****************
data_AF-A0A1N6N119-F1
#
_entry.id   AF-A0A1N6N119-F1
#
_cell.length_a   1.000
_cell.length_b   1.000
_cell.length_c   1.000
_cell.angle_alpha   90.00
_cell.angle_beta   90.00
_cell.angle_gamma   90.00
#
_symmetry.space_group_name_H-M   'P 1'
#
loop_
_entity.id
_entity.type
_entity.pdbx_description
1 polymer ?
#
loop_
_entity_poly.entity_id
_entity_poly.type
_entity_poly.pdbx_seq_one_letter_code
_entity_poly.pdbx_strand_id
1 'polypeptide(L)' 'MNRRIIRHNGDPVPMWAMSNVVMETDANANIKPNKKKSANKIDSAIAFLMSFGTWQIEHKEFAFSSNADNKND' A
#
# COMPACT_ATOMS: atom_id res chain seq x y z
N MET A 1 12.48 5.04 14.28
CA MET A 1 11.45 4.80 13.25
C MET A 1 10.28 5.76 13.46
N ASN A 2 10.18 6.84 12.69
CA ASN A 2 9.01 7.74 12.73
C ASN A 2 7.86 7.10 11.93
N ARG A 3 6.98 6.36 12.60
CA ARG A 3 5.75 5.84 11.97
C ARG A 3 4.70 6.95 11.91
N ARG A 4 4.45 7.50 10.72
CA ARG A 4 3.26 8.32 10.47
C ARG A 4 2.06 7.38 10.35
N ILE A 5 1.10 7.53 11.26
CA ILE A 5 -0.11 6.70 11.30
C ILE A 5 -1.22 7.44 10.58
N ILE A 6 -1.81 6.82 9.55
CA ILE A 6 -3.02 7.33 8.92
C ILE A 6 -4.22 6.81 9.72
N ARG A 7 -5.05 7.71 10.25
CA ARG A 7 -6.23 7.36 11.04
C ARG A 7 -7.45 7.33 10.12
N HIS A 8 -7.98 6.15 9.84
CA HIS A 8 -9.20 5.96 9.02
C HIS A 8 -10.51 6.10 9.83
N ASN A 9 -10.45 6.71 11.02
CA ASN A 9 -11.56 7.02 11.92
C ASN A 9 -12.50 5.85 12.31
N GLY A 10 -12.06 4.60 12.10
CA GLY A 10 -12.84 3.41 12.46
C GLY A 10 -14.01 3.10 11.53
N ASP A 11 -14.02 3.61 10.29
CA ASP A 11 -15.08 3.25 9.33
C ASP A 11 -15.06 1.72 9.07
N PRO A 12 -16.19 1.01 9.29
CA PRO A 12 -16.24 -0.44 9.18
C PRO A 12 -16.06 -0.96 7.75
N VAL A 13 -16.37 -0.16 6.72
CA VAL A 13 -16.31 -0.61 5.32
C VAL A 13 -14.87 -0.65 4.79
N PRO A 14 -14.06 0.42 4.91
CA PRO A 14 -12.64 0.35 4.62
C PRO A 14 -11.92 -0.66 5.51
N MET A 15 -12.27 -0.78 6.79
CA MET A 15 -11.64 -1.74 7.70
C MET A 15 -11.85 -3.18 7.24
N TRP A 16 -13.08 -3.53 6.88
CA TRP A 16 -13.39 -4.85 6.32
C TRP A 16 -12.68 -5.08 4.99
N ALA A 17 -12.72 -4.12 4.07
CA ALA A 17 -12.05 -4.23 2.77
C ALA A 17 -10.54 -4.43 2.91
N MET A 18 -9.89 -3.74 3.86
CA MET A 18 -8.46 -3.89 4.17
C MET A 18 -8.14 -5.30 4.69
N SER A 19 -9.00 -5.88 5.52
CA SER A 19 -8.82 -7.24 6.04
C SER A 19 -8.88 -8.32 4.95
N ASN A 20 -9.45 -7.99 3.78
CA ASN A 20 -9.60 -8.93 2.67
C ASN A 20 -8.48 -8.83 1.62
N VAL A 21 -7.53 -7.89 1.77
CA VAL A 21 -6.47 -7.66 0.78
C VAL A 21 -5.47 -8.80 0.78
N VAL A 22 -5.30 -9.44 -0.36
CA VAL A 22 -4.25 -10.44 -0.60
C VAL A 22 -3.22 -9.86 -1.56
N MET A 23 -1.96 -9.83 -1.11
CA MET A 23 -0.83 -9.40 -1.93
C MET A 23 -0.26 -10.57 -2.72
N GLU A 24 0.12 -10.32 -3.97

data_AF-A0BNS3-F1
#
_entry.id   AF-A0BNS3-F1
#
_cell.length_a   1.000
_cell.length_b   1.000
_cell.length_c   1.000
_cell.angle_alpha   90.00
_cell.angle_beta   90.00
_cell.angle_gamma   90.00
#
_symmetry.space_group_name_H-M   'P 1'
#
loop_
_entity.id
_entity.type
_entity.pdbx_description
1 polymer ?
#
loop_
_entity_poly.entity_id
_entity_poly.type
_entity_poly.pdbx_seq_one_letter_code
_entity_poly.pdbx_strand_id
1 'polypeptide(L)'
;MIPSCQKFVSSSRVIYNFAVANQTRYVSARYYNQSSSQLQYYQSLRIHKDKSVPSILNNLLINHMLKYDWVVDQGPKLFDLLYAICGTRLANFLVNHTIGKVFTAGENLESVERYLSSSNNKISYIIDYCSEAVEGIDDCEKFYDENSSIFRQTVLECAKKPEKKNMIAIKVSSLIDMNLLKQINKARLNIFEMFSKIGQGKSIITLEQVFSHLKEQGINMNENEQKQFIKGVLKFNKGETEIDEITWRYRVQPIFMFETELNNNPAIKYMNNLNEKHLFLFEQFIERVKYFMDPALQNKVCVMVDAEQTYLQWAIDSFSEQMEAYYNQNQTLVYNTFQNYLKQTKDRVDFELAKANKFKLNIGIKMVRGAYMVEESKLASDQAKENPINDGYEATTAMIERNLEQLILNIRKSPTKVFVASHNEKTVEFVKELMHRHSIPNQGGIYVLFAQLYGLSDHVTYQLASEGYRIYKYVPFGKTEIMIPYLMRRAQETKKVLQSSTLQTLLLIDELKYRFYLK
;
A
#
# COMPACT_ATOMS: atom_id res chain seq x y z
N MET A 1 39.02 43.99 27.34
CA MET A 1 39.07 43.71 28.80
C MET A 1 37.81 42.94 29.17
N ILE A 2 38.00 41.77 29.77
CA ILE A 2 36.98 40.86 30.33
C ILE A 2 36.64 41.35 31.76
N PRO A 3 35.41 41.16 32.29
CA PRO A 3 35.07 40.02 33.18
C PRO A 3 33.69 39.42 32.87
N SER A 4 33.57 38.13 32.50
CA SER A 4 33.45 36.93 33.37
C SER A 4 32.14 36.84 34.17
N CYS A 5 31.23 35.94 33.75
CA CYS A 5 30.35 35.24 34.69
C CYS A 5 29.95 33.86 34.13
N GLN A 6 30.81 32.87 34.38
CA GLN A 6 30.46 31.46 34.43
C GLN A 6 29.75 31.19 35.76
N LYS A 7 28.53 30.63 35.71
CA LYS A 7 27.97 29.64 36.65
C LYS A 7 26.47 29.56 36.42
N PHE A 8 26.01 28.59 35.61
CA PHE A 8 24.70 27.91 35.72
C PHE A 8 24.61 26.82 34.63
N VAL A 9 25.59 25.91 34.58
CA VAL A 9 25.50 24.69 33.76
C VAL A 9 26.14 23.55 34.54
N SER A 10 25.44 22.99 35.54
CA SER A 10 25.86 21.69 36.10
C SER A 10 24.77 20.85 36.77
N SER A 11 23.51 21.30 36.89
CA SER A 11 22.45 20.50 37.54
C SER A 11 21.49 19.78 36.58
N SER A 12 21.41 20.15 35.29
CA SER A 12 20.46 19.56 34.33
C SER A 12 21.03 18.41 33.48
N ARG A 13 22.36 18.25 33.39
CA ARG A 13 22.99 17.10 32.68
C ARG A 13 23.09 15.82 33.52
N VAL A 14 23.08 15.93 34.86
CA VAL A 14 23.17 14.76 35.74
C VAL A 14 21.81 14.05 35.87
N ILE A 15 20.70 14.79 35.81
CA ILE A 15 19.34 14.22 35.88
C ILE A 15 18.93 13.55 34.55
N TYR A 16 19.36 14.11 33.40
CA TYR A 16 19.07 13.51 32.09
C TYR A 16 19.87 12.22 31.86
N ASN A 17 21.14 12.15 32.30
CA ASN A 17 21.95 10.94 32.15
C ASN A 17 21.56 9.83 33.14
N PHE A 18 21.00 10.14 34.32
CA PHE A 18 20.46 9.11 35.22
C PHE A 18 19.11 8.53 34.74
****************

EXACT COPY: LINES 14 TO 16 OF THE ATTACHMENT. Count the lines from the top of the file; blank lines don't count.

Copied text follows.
loop_
_entity.id
_entity.type